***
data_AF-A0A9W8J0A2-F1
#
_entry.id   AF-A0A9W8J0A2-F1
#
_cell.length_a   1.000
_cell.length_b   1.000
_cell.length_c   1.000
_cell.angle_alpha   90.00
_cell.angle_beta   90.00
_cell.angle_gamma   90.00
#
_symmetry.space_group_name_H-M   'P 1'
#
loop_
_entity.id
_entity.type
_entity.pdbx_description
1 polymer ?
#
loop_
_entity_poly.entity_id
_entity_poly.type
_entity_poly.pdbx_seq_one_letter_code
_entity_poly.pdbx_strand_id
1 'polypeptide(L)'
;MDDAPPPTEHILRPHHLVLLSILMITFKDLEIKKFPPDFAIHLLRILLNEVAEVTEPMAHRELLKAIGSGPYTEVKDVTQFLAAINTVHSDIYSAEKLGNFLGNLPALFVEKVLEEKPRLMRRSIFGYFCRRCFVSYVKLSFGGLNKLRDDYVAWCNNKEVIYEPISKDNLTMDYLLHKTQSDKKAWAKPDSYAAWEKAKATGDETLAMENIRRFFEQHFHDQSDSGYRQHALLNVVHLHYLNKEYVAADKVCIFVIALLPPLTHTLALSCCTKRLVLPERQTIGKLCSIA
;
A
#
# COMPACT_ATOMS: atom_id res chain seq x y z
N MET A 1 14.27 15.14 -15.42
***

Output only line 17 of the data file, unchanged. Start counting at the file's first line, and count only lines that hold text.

_entity.pdbx_description